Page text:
SPEEDY SISTERS TEAR UP THE TRACK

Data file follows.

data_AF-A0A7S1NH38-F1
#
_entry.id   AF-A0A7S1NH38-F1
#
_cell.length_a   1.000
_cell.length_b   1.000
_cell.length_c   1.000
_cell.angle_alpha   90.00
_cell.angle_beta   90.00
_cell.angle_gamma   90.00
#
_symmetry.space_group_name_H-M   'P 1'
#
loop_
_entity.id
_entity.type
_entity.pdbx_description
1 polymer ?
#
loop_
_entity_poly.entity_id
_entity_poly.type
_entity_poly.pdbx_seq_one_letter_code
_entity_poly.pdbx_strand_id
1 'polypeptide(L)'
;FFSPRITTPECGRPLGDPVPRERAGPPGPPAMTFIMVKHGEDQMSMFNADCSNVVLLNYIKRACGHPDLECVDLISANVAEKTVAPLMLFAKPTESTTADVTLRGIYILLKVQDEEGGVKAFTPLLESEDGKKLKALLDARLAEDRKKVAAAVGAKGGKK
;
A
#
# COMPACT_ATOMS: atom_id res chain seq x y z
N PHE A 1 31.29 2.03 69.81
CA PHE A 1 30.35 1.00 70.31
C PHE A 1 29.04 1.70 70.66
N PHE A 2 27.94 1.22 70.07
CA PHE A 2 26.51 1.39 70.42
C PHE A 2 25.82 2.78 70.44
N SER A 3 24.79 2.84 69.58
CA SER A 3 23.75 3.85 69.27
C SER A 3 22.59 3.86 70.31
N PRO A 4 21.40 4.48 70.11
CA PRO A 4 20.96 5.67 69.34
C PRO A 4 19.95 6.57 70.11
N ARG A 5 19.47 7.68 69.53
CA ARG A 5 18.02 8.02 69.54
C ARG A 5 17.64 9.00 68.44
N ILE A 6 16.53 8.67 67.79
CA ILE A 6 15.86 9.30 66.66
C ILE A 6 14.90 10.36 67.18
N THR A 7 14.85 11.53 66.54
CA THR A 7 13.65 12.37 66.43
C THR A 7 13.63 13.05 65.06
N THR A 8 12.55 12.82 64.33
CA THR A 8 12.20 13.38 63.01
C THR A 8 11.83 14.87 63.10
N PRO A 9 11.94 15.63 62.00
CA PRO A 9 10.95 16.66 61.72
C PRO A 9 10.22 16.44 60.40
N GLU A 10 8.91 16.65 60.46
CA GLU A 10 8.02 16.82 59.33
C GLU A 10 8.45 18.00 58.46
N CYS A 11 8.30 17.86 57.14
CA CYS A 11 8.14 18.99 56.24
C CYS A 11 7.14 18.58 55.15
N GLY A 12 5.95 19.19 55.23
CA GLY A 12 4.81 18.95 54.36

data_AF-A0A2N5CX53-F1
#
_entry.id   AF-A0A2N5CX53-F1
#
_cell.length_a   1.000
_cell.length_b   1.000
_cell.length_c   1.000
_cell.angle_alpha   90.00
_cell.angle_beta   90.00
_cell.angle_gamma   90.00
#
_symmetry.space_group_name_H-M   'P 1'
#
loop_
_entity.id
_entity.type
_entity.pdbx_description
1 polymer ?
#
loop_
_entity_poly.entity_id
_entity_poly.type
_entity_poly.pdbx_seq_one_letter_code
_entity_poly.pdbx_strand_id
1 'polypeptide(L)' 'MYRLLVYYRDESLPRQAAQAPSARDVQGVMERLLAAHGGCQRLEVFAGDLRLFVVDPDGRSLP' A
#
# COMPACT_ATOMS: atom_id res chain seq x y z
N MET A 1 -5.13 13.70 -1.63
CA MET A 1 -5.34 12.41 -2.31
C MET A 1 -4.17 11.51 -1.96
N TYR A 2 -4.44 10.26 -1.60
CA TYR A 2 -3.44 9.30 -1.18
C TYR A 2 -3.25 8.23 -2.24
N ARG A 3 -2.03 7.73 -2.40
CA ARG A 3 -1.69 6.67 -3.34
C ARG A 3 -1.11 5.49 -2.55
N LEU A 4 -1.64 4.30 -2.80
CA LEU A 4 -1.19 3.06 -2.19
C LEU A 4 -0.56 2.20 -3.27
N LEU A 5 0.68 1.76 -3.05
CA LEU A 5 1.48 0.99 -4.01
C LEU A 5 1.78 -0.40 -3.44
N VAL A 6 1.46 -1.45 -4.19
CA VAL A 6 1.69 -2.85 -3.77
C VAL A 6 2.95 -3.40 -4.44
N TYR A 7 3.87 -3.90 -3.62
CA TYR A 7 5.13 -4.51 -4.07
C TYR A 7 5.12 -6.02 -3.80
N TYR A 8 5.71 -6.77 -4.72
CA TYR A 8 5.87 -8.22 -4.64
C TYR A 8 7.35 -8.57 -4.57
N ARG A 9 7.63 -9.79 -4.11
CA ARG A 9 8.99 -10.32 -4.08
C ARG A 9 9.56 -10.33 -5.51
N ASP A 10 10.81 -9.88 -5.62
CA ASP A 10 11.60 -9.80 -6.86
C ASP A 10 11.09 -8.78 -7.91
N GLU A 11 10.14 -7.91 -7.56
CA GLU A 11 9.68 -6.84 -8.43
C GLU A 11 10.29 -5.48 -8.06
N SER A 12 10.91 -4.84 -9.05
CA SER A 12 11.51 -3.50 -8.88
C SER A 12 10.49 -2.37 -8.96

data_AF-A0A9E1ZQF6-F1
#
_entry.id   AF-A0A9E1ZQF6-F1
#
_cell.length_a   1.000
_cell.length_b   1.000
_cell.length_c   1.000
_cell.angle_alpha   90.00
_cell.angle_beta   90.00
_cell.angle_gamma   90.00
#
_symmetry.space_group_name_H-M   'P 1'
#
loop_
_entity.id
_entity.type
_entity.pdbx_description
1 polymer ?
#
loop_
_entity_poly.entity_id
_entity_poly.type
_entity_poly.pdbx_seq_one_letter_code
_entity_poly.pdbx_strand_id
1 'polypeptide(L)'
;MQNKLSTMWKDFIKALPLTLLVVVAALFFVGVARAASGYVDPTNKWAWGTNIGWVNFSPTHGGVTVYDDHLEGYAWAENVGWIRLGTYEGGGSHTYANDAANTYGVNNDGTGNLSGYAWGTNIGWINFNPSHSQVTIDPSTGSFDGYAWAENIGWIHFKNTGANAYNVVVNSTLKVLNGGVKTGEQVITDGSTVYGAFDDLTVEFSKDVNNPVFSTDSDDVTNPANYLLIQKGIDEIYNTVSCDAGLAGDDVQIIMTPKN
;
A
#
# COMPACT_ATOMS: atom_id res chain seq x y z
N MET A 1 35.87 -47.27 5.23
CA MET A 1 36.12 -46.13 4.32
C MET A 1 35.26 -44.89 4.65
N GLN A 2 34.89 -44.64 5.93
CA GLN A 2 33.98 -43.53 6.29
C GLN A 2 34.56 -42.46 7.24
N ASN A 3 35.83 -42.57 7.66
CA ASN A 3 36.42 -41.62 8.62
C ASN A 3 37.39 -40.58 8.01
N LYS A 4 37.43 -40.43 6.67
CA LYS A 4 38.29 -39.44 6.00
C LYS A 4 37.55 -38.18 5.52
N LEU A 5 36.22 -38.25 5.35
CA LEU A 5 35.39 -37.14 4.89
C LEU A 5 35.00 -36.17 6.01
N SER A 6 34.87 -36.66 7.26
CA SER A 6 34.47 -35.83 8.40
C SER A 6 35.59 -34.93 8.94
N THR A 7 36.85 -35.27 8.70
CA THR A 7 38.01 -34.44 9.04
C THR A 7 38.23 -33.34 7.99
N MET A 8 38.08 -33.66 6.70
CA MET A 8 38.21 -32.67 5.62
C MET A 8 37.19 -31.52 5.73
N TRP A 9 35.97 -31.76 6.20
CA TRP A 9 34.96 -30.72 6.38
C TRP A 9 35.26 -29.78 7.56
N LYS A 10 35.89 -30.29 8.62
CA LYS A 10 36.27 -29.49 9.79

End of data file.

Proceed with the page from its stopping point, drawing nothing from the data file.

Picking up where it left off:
One day in the summer of 2000, Peter Walsh decided to take up marathon running. And being a fatherly sort, he allowed his two young daughters, Dana and Alice, to tag along on a training run. "He thought we were falling behind and kept stopping, but three miles into it we were still right with him," Dana recalled one day last week. Peter Walsh eventually completed the New York City Marathon, but he never succeeded in outpacing his twin daughters. Now both 16, Alice and Dana Walsh are two of the best high school runners in the city and have long since moved on from jogs with their father to speedy training runs on their own. "We do everything in unison," Alice said while seated alongside Dana in a room at Convent of the Sacred Heart on the Upper East Side, where the two are juniors. "We got really competitive. We did the same events, and once we started we realized we wanted to win, not just have fun. In 8th grade, we started training much harder. Running has become a part of us. It's one of my favorite things to do, even though I know a lot of people would think that's crazy." Sacred Heart is a small school, with only about 50 students in each grade, but the Walsh twins have helped its cross country and track and field teams achieve outsized accomplishments. Earlier this month, Dana finished second at the New York State Association of Independent Schools (NYSAIS) Cross Country Championships, with a time of 20 minutes, nine seconds over five kilometers (Alice was out with a knee injury). At the track and field championships last spring, Dana won the 800 and 1,500 meters, while Alice finished second in the 400 hurdles. And they teamed up to lead Sacred Heart to second place in the 4x400 relay. Dana also holds league records in the 400, 800 and 1,500, while Alice has her heart set on capturing the 400 hurdles mark this spring. And in perhaps her most impressive feat, Dana won the 1,500 and set a new meet record in April at the Mayor's Cup, a competition for both public and independent school students in New York City. Alice finished eighth in the 400 hurdles. For both of them, the path to excellence began with their father and took a big step forward during a two-mile race at the NYSAIS Championships in 7th grade. "I wasn't doing well," Dana said, "but then Alice was screaming from the sideline, 'You're going too slow.' And that's when I realized that in running you shouldn't be comfortable at any point in the race." The duo's teamwork has been similar ever since. They fit the common stereotype of identical twins, often finishing each other's sentences. But when it comes to competition, their skills are complementary. Though they tend not to run in the same events, they both vividly remember a 400-meter race four years ago that came down to the wire, with both diving headfirst across the line. "We used to be really competitive," Dana said. "Now, we just help each other out. I help her in training and try to push her to work harder." "And I help her calm down when I think she's going to pass out from being nervous," Alice added. "I always tell her that she's definitely going to win. She's always been better than me, and I used to be kind of jealous. But now I just use it to motivate myself to work harder. It's a good thing. We work together, push each other. Having someone train next to you only makes you better." Despite their cheerful, bubbly nature, the twins' shared intensity is obvious. In the fall, while their friends play soccer, they run hill repeats to get ready for the cross-country course in Van Cortlandt Park. For three straight summers, they have attended a weeklong running camp upstate. And when they ran into Kara Goucher, an Olympian and the third-place finisher in the New York City Marathon several weeks ago, during a training trip to Florida, they managed to stay alongside her for a lap. Dana, meanwhile, carries enormous expectations for herself. She considers 8th grade her only successful fall season, even though she won the NYSAIS title as a freshman and finished second this year. At Nike Nationals, an elite track competition for the best high school runners in the country, she won the freshman mile two seasons ago. Running the mile again last June, however, she fainted midway through the race. "It was about 95 degrees and so humid," Dana said. "I just saw black and went down. I had the 800 the next day, and everyone was telling me not to do it. But I said, 'I didn't fly to North Carolina not to race.' I got a personal record." "This is normal," Alice said with a shrug. "It becomes completely about your mentality. I love track and cross country because there are times when you're by yourself, and how well you do is entirely in your control." The Walsh twins had time for an interview last Friday because classes were canceled for parent-teacher meetings. But instead of spending the rest of the day relaxing, they promptly zipped up a pair of windbreakers and decided to go for a training run in Central Park, conveniently located about 50 feet from Sacred Heart's front door. "I think we're going to do five," Alice said. Five kilometers? In ice-cold weather and freezing wind? "File miles." And off they went.
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